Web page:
Special Section on Vibrational Spectroscopy and Imaging

Single bacteria identification by Raman spectroscopy

[+] Author Affiliations
Samy Andrea Strola

CEA-LETI, Minatec Campus, 17, avenue des Martyrs, 38054 Grenoble Cedex 9, France

Jean-Charles Baritaux

CEA-LETI, Minatec Campus, 17, avenue des Martyrs, 38054 Grenoble Cedex 9, France

Emmanuelle Schultz

CEA-LETI, Minatec Campus, 17, avenue des Martyrs, 38054 Grenoble Cedex 9, France

Anne Catherine Simon

CEA, LIST, Gif-sur-Yvette, F-91191, France

Cédric Allier

CEA-LETI, Minatec Campus, 17, avenue des Martyrs, 38054 Grenoble Cedex 9, France

Isabelle Espagnon

CEA, LIST, Gif-sur-Yvette, F-91191, France

Dorothée Jary

CEA-LETI, Minatec Campus, 17, avenue des Martyrs, 38054 Grenoble Cedex 9, France

Jean-Marc Dinten

CEA-LETI, Minatec Campus, 17, avenue des Martyrs, 38054 Grenoble Cedex 9, France

J. Biomed. Opt. 19(11), 111610 (Jul 16, 2014). doi:10.1117/1.JBO.19.11.111610
History: Received February 20, 2014; Revised June 13, 2014; Accepted June 19, 2014
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Abstract.  We report on rapid identification of single bacteria using a low-cost, compact, Raman spectroscope. We demonstrate that a 60-s procedure is sufficient to acquire a comprehensive Raman spectrum in the range of 600 to 3300cm1. This time includes localization of small bacteria aggregates, alignment on a single individual, and spontaneous Raman scattering signal collection. Fast localization of small bacteria aggregates, typically composed of less than a dozen individuals, is achieved by lensfree imaging over a large field of view of 24mm2. The lensfree image also allows precise alignment of a single bacteria with the probing beam without the need for a standard microscope. Raman scattered light from a 34-mW continuous laser at 532 nm was fed to a customized spectrometer (prototype Tornado Spectral Systems). Owing to the high light throughput of this spectrometer, integration times as low as 10 s were found acceptable. We have recorded a total of 1200 spectra over seven bacterial species. Using this database and an optimized preprocessing, classification rates of 90% were obtained. The speed and sensitivity of our Raman spectrometer pave the way for high-throughput and nondestructive real-time bacteria identification assays. This compact and low-cost technology can benefit biomedical, clinical diagnostic, and environmental applications.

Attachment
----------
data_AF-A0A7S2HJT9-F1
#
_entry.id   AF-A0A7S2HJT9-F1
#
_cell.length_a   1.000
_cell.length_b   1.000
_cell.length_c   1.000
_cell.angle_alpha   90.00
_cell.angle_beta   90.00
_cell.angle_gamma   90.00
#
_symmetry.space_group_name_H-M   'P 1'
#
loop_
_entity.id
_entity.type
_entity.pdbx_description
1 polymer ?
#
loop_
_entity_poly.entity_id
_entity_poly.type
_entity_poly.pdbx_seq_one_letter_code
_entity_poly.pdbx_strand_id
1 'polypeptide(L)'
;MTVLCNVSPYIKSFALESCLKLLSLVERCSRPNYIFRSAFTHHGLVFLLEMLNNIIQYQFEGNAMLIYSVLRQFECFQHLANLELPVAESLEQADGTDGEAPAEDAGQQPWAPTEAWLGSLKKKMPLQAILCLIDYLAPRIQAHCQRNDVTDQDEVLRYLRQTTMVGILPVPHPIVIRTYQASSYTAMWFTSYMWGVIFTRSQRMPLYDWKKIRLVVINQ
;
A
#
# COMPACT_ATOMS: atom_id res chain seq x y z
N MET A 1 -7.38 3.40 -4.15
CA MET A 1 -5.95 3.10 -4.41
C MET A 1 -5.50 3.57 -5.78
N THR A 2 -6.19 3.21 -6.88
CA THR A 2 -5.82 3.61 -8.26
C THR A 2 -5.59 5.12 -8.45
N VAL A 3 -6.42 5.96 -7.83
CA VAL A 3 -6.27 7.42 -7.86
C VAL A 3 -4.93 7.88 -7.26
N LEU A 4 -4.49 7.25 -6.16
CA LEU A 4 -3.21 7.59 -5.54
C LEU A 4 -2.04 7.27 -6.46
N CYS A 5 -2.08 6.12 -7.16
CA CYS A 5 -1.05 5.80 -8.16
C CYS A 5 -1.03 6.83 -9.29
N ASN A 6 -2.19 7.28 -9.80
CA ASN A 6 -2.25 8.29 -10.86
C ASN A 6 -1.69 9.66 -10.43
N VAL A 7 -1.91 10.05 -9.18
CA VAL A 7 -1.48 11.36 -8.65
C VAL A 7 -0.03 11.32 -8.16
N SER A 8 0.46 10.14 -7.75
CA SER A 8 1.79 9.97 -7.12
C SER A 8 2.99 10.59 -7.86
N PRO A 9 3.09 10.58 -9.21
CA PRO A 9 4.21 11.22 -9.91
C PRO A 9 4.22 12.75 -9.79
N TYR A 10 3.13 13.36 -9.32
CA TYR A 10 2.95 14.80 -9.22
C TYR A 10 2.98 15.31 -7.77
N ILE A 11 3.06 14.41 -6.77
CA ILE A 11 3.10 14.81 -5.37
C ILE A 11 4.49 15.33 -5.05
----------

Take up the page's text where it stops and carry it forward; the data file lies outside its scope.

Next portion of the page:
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© 2014 Society of Photo-Optical Instrumentation Engineers

Citation

Samy Andrea Strola ; Jean-Charles Baritaux ; Emmanuelle Schultz ; Anne Catherine Simon ; Cédric Allier, et al.
"Single bacteria identification by Raman spectroscopy", J. Biomed. Opt. 19(11), 111610 (Jul 16, 2014). ; http://dx.doi.org/10.1117/1.JBO.19.11.111610


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